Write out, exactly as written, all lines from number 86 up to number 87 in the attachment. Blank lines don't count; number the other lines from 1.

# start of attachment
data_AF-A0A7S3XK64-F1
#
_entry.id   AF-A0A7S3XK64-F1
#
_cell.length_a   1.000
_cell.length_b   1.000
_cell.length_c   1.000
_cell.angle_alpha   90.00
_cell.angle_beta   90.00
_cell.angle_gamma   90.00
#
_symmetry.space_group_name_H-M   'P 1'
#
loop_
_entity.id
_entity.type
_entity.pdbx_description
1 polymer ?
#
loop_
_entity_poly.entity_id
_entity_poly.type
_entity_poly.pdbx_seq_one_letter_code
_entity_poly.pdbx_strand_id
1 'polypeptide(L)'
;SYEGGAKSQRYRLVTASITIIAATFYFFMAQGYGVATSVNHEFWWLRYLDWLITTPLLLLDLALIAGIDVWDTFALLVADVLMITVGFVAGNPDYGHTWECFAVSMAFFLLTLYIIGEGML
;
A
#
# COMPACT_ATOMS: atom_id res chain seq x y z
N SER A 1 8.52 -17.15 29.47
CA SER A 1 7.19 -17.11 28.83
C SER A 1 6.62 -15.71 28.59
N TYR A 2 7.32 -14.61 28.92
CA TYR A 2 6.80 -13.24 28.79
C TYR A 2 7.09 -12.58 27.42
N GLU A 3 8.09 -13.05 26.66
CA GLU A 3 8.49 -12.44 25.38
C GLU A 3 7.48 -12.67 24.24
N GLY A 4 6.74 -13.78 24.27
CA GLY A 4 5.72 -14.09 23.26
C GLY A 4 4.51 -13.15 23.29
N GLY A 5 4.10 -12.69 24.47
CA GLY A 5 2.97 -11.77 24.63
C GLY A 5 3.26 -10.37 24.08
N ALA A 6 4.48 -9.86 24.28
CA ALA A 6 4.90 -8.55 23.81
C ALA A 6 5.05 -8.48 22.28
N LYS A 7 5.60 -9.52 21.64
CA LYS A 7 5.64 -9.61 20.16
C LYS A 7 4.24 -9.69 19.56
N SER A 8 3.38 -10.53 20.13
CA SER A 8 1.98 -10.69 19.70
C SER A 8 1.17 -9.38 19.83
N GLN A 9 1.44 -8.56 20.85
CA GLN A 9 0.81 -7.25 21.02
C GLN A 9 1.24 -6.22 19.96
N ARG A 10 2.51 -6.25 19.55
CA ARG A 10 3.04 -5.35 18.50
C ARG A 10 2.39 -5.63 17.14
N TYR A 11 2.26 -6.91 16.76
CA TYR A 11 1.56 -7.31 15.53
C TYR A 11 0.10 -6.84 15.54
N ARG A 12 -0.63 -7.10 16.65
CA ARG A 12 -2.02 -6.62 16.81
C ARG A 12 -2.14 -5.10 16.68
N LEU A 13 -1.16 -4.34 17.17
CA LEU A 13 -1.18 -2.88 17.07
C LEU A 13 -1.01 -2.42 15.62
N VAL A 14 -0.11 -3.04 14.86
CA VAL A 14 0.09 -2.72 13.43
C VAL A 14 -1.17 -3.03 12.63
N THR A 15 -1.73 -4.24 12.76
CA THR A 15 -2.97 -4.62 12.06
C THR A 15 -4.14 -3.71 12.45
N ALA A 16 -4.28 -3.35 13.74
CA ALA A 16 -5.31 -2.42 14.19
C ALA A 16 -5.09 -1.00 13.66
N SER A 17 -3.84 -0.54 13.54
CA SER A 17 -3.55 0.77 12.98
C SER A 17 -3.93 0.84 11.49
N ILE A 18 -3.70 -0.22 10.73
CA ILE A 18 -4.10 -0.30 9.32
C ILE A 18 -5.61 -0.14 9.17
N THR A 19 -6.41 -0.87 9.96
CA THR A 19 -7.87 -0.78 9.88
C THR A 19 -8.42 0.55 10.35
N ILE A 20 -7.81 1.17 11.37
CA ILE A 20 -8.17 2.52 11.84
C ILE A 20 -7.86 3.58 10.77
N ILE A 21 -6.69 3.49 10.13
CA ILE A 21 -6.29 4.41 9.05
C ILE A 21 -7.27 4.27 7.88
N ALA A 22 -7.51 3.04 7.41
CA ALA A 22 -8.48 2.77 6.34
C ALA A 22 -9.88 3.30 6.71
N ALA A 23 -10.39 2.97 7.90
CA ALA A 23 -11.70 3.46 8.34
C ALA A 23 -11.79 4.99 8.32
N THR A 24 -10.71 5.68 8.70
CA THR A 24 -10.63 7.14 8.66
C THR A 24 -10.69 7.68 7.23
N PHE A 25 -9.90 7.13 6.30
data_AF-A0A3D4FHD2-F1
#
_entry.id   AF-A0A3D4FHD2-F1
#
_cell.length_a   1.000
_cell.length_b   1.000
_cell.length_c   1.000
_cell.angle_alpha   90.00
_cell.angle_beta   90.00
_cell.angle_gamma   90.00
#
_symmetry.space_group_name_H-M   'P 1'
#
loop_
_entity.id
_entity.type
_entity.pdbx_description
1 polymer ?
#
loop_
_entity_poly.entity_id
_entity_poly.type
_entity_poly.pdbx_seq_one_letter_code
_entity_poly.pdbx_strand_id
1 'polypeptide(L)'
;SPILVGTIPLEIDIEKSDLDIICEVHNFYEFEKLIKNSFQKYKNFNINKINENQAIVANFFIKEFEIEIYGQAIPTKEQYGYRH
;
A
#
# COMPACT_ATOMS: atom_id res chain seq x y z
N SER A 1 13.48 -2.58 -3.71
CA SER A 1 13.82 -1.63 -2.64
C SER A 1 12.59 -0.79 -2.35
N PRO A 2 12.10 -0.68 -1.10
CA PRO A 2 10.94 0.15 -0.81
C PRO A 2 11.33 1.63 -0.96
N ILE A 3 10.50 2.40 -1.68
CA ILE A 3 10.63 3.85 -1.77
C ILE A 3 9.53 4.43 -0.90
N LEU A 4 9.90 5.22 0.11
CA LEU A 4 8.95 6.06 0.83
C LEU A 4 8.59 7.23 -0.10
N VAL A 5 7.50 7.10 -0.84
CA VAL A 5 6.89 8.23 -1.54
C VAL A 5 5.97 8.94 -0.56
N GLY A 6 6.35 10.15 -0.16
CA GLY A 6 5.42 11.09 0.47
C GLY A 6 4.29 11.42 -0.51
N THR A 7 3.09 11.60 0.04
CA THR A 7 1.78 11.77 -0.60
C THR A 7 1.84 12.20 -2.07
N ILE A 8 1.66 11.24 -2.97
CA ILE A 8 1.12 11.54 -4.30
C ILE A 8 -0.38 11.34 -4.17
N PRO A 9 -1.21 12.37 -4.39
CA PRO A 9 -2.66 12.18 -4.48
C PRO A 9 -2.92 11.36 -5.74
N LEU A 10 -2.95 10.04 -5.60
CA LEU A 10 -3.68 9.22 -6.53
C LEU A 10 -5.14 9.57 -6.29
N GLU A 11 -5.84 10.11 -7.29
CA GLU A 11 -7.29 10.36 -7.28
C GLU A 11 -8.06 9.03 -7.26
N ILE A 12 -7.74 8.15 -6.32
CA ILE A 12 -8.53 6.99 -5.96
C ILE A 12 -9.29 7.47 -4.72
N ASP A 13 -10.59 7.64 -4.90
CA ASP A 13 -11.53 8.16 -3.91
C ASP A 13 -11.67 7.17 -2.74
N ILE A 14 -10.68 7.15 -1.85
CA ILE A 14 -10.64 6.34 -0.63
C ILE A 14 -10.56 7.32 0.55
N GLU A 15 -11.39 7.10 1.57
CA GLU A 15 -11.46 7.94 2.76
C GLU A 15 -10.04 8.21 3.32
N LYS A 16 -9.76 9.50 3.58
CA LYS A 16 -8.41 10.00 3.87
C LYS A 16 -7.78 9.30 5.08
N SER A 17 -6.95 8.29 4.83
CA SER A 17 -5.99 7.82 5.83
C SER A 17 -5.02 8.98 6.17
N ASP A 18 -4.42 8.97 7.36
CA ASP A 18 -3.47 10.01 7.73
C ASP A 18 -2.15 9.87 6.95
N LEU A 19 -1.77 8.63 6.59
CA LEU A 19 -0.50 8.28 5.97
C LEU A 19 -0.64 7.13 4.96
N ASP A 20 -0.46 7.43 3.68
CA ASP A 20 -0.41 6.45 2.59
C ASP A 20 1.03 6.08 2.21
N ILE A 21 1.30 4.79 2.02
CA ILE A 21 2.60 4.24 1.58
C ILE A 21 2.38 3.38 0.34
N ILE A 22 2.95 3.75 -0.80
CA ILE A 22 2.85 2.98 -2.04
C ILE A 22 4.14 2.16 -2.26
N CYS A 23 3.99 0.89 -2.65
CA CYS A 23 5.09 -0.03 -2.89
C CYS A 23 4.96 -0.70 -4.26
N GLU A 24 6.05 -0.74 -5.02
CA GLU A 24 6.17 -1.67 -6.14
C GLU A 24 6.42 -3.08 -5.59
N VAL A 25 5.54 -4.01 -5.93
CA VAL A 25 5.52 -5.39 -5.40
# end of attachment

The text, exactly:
CA THR A 19 -7.87 -0.78 9.88
C THR A 19 -8.42 0.55 10.35